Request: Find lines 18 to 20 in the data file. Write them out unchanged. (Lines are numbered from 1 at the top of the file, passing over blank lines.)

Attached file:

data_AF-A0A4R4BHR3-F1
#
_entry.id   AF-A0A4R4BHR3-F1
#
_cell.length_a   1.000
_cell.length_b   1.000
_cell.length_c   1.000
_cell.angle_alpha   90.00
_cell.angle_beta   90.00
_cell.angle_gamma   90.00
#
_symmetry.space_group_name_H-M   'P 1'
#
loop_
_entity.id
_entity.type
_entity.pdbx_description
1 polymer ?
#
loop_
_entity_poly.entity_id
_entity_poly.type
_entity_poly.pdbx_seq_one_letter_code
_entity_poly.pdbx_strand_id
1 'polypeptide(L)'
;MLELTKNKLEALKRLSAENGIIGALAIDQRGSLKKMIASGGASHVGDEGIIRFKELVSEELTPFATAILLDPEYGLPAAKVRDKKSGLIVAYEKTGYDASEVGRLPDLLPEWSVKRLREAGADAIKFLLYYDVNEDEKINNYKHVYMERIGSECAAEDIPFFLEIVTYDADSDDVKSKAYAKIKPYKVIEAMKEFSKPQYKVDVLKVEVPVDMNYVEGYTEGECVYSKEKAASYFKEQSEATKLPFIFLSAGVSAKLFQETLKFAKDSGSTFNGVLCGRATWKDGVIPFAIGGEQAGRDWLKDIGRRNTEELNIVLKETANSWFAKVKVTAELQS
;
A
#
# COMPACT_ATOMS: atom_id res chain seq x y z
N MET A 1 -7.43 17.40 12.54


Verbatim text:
1 polymer ?
#
loop_